Paul Ormerod, former Director of Economics at the Henley Centre for Forecasting, in his book, The Death of Economics notes that" Good economists know, from work carried out within their discipline, that the foundations of their subject are virtually non-existent…Conventional economics offer prescriptions for the problems of inflation and unemployment which are at best misleading and at worst dangerously wrong…Despite its powerful influence on public life, its achievements are as limited as those of pre-Newtonian physics…it is to argue that conventional economics offers a very misleading view of how the world actually operates, and it needs to be replaced".

An equally accomplished economist, Mark Lutz, in his book, Economics for the Common Good, observes that "Modern economics is the science of self-interest, of how to best accommodate individual behavior by means of markets and the commodification of human relations…In this economic world view, the traditional human faculty of reason gets short-changed and degraded to act as the servant of sensory desires. There is no room for logic of human values and rationally founded ethics. Human aspirations are watered down to skillful shopping behavior and channeled into a stale consumerism. One would think that there must be an alternative way to conceptualize the economy".

Therefore, what is there to be done? Is there an alternative to this selfish, self-seeking, neo-liberal, economic/money-only globalisation?

To this end, I recommend the practical vision and mission of Globalisation for the Common Good. Globalisation for the Common Good means the promotion of ethical, moral and spiritual values - which are shared by all religions - in the areas of economics, commerce, trade and international relations. It emphasizes personal and societal virtues. It calls for understanding and collaborative action - on the part of civil society, private enterprise, the public sector, governments, and national and international institutions - to address major global issues. Globalisation for the common good is predicated on a global economy of sharing and community, grounded in an economic value system whose aim is generosity and the promotion of a just distribution of the world's goods, which are divine gifts.

Globalisation for the Common Good is not about charity. It is not about collecting money. It is about justice. To know justice and to serve it, is to feel the pain of, and to become one with the sufferer; is to ask fundamental questions about the roots of injustice and to fight for their eradication. Today's global problems are not economic or technological only. The solutions are not more economic growth, privatisation or trade liberalisation. What the world needs is a Spiritual Revolution, where I, I, me, me, culture is replaced with we and us culture. Globalisation for the Common Good is that needed culture: the culture of solidarity and oneness with the poor, suppressed, marginalised and excluded. Globalisation for the Common Good is for the practise of Economics of Compassion, Economics of Kindness and Economics of Solidarity. These kinds of economics can only be practised by people who are compassionate and kind. Globalisation for the Common Good is the way to build a world that is just, free and prosperous.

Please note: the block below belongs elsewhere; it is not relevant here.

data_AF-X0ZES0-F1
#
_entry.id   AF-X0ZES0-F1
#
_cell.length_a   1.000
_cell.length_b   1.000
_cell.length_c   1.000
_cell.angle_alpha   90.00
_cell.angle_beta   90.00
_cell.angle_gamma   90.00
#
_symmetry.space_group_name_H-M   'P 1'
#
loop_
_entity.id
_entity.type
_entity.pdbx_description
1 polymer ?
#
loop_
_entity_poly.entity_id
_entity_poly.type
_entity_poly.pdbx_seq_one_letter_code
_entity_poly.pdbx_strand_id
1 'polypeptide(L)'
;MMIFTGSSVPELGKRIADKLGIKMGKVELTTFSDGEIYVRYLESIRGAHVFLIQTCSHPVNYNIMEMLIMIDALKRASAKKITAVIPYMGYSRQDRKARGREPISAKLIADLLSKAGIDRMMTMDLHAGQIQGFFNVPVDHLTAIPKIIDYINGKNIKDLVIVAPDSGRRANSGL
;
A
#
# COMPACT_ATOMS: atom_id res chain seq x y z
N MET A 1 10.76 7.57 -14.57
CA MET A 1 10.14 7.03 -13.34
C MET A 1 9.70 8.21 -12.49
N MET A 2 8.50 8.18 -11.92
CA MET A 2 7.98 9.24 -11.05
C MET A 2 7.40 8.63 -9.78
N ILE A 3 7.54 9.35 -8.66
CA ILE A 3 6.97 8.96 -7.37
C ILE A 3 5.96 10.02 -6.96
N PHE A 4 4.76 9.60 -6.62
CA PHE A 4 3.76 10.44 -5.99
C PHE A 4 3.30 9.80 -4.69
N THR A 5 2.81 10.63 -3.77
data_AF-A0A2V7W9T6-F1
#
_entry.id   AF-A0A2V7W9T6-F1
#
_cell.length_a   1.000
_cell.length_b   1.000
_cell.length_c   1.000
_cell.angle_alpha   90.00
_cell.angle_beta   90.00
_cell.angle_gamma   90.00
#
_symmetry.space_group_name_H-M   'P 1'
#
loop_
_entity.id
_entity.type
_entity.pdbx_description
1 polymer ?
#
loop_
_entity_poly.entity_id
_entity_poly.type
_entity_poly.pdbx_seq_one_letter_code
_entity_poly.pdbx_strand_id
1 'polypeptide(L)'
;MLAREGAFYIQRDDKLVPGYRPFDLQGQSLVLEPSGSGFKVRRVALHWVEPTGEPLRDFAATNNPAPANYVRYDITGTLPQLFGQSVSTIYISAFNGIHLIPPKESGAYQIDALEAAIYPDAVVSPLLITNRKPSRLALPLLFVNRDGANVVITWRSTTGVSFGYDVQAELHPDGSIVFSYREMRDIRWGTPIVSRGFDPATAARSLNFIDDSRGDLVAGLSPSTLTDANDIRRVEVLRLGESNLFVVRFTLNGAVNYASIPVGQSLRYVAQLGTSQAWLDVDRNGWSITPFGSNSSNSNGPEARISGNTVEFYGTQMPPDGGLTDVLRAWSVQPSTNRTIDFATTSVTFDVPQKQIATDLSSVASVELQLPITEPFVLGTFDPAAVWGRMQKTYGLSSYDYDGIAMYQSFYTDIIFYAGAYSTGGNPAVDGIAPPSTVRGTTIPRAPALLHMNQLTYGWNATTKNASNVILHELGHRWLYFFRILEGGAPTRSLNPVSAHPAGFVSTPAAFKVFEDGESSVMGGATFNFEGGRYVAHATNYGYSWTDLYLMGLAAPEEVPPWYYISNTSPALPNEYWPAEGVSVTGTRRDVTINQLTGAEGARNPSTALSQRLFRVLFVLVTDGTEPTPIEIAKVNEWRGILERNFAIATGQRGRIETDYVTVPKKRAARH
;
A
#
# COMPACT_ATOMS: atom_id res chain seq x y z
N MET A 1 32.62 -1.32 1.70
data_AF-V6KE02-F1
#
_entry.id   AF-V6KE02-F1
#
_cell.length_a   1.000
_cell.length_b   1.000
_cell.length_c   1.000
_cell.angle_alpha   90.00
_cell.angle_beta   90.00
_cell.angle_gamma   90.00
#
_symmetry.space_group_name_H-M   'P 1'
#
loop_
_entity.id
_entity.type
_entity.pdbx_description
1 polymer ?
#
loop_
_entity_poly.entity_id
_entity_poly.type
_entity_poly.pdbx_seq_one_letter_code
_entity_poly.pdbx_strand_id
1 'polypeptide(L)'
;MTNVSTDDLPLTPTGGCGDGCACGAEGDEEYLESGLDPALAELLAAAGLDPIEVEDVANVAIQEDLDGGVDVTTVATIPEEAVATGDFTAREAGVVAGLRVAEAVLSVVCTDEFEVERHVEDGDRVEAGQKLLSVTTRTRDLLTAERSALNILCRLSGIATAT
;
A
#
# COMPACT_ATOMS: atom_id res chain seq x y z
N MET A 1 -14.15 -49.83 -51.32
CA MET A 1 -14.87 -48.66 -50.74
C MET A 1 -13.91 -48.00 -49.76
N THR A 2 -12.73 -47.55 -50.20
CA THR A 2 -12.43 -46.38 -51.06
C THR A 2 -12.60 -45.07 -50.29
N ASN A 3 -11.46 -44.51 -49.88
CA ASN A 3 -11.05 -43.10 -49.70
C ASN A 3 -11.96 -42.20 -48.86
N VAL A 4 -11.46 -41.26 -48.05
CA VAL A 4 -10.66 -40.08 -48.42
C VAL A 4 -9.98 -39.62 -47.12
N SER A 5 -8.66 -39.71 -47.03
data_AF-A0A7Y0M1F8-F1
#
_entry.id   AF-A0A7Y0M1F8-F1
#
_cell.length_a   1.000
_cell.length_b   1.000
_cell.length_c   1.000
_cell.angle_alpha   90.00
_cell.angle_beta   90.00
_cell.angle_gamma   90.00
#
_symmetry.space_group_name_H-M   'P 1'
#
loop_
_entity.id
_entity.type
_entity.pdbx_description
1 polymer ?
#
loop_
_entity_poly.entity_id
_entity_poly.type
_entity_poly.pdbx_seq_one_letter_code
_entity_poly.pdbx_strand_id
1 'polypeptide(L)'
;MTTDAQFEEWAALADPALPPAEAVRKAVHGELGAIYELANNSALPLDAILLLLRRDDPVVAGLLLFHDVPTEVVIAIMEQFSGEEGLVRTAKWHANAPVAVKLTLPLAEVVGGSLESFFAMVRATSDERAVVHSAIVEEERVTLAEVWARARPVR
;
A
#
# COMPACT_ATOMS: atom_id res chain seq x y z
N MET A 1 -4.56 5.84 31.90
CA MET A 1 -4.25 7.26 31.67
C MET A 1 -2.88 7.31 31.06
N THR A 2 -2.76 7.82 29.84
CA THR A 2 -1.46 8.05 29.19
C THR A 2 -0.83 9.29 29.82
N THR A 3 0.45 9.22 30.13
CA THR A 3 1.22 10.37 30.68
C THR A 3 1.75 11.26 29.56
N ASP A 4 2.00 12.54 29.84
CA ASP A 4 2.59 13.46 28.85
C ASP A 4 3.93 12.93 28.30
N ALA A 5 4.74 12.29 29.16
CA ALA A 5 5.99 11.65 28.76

The acknowledgement of God, Ultimate Reality, or the One. Our lives are grounded in an Ultimate Reality, the source of the sacredness of all life and of the spiritual power, hope, and trust that we discover in prayer or meditation, in word or silence, and in our striving for just relationships with all existence.

The investment of Spiritual Capital. The most powerful way for faith and spiritual communities to influence beliefs, norms and institutions is through prophetic voice and public action. Highly visible faith and interfaith affirmation of the great spiritual truths of peace, justice, and the sacredness of the Earth and all life can make a tremendous contribution to Globalisation for the Common Good. Action and service by spiritual and faith communities and groups can provide a vital source of inspiration and energy for the healing of the world.

The practice of selfless Love. The most important point of convergence shared by the world's great spiritual traditions is to be found in the practice and power of selfless love for all humanity. It is the wellspring of the best hope for a better future.

The cultivation of interfaith Dialogue and Engagement. It is absolutely vital that religious and spiritual communities come together with one another in honest and open dialogue. It is also essential that these communities enter into dialogue with secular groups, organizations and governments working for a better world. Religious and spiritual communities - in mutual respect and partnership - must engage the critical issues that face the planetary community as the 21st century unfolds.

The nurturing of cultures of Peace. True cultural evolution is perhaps best measured in the growing rejection of violent approaches to conflict resolution in favour of the cultivation of the infrastructures of forgiveness, reconciliation and peace. Our greatest contribution to the future lies in ensuring that our children grow to maturity in cultures of peace.